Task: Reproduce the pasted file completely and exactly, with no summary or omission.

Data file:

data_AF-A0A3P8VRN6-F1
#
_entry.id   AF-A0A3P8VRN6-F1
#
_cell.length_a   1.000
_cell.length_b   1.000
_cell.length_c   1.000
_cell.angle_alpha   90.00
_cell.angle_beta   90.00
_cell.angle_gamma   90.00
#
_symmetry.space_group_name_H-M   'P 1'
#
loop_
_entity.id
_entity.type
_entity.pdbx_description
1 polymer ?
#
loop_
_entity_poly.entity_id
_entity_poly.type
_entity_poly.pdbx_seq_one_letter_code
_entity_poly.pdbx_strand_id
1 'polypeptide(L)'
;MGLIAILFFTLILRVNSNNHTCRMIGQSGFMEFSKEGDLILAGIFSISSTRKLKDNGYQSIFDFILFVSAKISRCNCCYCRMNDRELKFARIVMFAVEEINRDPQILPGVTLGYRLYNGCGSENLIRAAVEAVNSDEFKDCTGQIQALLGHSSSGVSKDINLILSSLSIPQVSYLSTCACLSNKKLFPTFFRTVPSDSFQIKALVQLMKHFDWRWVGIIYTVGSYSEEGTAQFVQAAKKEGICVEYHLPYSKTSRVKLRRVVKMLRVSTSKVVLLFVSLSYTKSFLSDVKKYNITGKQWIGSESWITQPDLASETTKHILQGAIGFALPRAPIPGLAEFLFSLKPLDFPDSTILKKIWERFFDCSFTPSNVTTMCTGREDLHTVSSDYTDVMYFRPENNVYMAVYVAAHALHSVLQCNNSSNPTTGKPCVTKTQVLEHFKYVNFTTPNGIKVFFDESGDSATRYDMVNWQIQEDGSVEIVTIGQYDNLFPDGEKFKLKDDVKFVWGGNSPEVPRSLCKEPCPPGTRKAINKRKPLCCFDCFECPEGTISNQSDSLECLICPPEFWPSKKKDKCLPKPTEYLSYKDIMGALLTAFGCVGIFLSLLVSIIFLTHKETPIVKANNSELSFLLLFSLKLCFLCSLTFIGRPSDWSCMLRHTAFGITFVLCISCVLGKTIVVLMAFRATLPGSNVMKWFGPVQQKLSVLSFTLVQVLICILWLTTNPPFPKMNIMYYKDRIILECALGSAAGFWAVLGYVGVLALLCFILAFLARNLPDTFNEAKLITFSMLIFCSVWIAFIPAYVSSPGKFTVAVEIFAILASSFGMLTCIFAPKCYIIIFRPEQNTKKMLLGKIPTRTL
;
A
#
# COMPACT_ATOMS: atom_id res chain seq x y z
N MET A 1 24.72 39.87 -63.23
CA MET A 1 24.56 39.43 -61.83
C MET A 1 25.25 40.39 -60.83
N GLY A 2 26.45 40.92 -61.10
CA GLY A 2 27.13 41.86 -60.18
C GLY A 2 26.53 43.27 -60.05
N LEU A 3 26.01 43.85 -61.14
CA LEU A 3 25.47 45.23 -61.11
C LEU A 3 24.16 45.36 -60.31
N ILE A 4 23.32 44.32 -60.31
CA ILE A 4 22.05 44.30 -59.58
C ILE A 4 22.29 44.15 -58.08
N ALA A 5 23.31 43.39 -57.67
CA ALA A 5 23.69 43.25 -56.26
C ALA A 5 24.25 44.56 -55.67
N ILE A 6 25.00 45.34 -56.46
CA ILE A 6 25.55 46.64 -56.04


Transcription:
data_AF-A0A3P8VRN6-F1
#
_entry.id   AF-A0A3P8VRN6-F1
#
_cell.length_a   1.000
_cell.length_b   1.000
_cell.length_c   1.000
_cell.angle_alpha   90.00
_cell.angle_beta   90.00
_cell.angle_gamma   90.00
#
_symmetry.space_group_name_H-M   'P 1'
#
loop_
_entity.id
_entity.type
_entity.pdbx_description
1 polymer ?
#
loop_
_entity_poly.entity_id
_entity_poly.type
_entity_poly.pdbx_seq_one_letter_code
_entity_poly.pdbx_strand_id
1 'polypeptide(L)'
;MGLIAILFFTLILRVNSNNHTCRMIGQSGFMEFSKEGDLILAGIFSISSTRKLKDNGYQSIFDFILFVSAKISRCNCCYCRMNDRELKFARIVMFAVEEINRDPQILPGVTLGYRLYNGCGSENLIRAAVEAVNSDEFKDCTGQIQALLGHSSSGVSKDINLILSSLSIPQVSYLSTCACLSNKKLFPTFFRTVPSDSFQIKALVQLMKHFDWRWVGIIYTVGSYSEEGTAQFVQAAKKEGICVEYHLPYSKTSRVKLRRVVKMLRVSTSKVVLLFVSLSYTKSFLSDVKKYNITGKQWIGSESWITQPDLASETTKHILQGAIGFALPRAPIPGLAEFLFSLKPLDFPDSTILKKIWERFFDCSFTPSNVTTMCTGREDLHTVSSDYTDVMYFRPENNVYMAVYVAAHALHSVLQCNNSSNPTTGKPCVTKTQVLEHFKYVNFTTPNGIKVFFDESGDSATRYDMVNWQIQEDGSVEIVTIGQYDNLFPDGEKFKLKDDVKFVWGGNSPEVPRSLCKEPCPPGTRKAINKRKPLCCFDCFECPEGTISNQSDSLECLICPPEFWPSKKKDKCLPKPTEYLSYKDIMGALLTAFGCVGIFLSLLVSIIFLTHKETPIVKANNSELSFLLLFSLKLCFLCSLTFIGRPSDWSCMLRHTAFGITFVLCISCVLGKTIVVLMAFRATLPGSNVMKWFGPVQQKLSVLSFTLVQVLICILWLTTNPPFPKMNIMYYKDRIILECALGSAAGFWAVLGYVGVLALLCFILAFLARNLPDTFNEAKLITFSMLIFCSVWIAFIPAYVSSPGKFTVAVEIFAILASSFGMLTCIFAPKCYIIIFRPEQNTKKMLLGKIPTRTL
;
A
#
# COMPACT_ATOMS: atom_id res chain seq x y z
N MET A 1 24.72 39.87 -63.23
CA MET A 1 24.56 39.43 -61.83
C MET A 1 25.25 40.39 -60.83
N GLY A 2 26.45 40.92 -61.10
CA GLY A 2 27.13 41.86 -60.18
C GLY A 2 26.53 43.27 -60.05
N LEU A 3 26.01 43.85 -61.14
CA LEU A 3 25.47 45.23 -61.11
C LEU A 3 24.16 45.36 -60.31
N ILE A 4 23.32 44.32 -60.31
CA ILE A 4 22.05 44.30 -59.58
C ILE A 4 22.29 44.15 -58.08
N ALA A 5 23.31 43.39 -57.67
CA ALA A 5 23.69 43.25 -56.26
C ALA A 5 24.25 44.56 -55.67
N ILE A 6 25.00 45.34 -56.46
CA ILE A 6 25.55 46.64 -56.04